One of the big crowd-pleasing commercials from Sunday's Super Bowl was Jeep's commercial revisiting the 1993 film Groundhog Day, with Bill Murray reprising his role as Phil Connors—and with the Jeep Gladiator disupting the original narrative in a fun way.
The spot, which also starred Brian Doyle-Murray and Stephen Tobolowsky from the film, was well received by industry watchers and the general public alike, topping Adweek's list as well as the USA Today Ad Meter. (It's in the running for Clio's Super Clio as well—judging for which is happening Monday morning.)
In a game full of celebrity endorsements, none was as timely, unexpected and just plain delightful as Murray's. Muse caught up with the ad's director, Jim Jenkins of O Positive, to hear more about how it came together—including the crazy timeline. (Remarkably, they shot this thing last weekend.)
Muse: How did you get involved in the project? It must have been one of those ideas that you knew would be really fun to shoot.
Jim Jenkins: Chad Broude [CCO/Co-founder at HighDive] called me and said Bill Murray might be interested in doing this. And every time Chad called, it seemed more and more likely, which only seemed to become real when Bill arrived in Woodstock. By the way, Chad and Mark Gross and the people at HighDive really killed it this year at the Super Bowl, and they all deserve it. They also are responsible for my partner David Shane's commercial for Rocket Mortgage with Jason Momoa. I remember some trade publication once referred to O Positive in terms that now certainly apply to HighDive: "Small but mighty."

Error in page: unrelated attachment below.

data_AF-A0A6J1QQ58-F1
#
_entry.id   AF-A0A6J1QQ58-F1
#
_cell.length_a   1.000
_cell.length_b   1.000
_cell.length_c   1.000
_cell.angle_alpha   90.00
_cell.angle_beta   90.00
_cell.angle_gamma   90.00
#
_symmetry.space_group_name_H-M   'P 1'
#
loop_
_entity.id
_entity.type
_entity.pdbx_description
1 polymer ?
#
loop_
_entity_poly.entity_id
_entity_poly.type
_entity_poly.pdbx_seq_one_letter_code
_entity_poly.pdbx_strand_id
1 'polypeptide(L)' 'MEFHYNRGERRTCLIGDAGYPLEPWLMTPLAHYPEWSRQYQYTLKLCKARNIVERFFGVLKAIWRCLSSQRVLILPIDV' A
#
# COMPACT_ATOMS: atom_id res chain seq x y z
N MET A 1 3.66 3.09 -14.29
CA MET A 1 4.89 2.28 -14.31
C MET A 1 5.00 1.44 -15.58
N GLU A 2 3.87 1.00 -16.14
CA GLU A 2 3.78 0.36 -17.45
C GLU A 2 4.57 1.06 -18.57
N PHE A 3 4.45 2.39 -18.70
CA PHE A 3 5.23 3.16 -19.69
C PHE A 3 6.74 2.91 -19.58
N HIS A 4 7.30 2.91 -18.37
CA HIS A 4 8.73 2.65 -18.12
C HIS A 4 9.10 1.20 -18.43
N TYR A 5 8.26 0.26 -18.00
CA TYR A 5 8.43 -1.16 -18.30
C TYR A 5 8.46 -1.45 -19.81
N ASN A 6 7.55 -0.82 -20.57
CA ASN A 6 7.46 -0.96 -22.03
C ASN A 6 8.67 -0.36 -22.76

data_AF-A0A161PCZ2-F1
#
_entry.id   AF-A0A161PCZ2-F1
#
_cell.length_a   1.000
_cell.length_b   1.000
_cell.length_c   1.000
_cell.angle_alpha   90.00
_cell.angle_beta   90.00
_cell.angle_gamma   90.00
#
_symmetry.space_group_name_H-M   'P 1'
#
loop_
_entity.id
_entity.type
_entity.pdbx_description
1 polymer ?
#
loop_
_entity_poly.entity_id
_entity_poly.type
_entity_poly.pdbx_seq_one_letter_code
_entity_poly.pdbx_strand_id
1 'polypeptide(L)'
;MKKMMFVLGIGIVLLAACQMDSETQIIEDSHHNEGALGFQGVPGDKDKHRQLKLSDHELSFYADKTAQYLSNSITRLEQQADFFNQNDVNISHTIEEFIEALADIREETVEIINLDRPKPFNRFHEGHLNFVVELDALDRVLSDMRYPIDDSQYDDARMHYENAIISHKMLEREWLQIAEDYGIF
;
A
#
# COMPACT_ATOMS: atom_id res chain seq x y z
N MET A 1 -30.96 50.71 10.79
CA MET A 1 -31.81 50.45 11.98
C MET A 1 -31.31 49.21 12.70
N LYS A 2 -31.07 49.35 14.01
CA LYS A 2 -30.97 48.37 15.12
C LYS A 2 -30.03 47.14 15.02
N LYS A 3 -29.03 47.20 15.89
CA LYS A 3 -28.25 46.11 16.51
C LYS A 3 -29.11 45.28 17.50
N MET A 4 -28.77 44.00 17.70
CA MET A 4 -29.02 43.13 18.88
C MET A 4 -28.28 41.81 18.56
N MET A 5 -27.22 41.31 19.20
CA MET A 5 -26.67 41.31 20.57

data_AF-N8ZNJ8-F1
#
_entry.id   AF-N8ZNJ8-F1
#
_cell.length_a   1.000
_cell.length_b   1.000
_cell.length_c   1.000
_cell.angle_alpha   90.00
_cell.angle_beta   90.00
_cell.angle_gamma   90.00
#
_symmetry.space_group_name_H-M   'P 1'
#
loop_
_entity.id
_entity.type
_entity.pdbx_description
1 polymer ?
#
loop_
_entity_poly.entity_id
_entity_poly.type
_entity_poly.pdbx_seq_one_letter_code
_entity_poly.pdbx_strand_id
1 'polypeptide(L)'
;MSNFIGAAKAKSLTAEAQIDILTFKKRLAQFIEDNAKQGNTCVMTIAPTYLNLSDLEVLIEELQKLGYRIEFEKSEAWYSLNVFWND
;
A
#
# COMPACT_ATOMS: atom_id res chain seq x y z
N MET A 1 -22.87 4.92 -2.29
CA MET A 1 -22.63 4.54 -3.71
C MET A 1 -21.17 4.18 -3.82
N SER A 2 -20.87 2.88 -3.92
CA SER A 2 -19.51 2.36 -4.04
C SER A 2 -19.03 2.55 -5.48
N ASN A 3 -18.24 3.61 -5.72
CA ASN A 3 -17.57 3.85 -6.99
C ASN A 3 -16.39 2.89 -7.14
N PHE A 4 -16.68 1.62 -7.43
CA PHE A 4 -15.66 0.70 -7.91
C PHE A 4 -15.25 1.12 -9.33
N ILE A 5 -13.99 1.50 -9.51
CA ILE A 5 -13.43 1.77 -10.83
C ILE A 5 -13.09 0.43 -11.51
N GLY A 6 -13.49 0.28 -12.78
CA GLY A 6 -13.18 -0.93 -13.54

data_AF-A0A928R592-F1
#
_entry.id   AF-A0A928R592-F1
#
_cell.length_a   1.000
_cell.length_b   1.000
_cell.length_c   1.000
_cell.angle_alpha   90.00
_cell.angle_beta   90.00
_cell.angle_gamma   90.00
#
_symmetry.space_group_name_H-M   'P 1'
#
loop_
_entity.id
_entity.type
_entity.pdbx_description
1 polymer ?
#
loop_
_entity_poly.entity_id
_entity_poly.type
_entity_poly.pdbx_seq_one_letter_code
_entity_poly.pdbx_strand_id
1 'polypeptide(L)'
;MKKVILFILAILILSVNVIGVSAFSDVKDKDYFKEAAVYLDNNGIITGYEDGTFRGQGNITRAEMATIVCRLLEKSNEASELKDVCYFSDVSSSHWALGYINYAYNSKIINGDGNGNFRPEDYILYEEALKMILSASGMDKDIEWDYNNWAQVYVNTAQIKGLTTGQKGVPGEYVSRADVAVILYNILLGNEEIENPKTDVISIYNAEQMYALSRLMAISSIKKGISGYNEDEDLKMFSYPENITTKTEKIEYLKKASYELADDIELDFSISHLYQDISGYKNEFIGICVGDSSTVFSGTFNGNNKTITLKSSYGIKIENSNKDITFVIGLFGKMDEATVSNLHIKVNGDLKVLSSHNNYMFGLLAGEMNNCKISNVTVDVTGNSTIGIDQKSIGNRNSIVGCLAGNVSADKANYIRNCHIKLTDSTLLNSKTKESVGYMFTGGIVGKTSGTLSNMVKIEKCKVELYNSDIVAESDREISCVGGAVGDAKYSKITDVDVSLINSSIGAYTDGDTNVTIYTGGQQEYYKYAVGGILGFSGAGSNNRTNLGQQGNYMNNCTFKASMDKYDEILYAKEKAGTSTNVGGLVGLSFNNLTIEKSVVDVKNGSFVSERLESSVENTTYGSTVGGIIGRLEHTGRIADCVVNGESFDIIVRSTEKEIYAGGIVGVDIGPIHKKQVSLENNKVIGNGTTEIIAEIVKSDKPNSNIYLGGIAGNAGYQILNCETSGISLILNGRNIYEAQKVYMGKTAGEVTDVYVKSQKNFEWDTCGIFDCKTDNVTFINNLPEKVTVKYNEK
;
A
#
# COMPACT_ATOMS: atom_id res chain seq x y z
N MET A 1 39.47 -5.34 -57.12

How did you go about being as authentic to the film as you could?
Honestly, once Bill agreed to do it, making everything authentic to the film came together quickly after that. His brother Brian Doyle Murray (Buster) signed on, as did Stephen Tobolowsky (Ned Ryerson), and we got the rights to the music, and Sony Pictures said yes, and so on.
Were you a fan of the movie beforehand? Did you watch it again a few times to refamiliarize yourself?
The movie is burned into my brain from so many viewings, mostly for all of the little things Bill does in that film. Actually, so many of his performances really stick with you, even when he plays a relatively minor role, as he did in Tootsie, which is one of my favorites. I only rewatched Groundhog Day in its entirety afterwards. Still great.
What was it like working with Bill Murray? He hadn't shot a national commercial before. Was he into it?
Honestly, I kind of felt the way I did the first time I filmed Scorsese, and that was that it was only intimidating shooting Bill because I knew that the expectations for the spot would go that much higher. Bill was great, though. And he loves the final product.
What kind of timeline were you working with, and how hectic was it to produce this?
Very. We shot this the weekend before the Super Bowl. Chad and I worked with a terrific editor, Grant Gustafson at Cutters, who set up a room in our hotel to cut at night, and then we spent Monday after the shoot editing back in Chicago. The edit came together quickly, and got approved quickly. Lack of time can sometimes work in your favor.
How happy are you with the finished product?
It’s Bill Murray being Bill Murray from one of Bill Murray’s greatest films. So yeah, I’m happy.
Below, check out an extended cut of the spot, with new scenes and a new end line.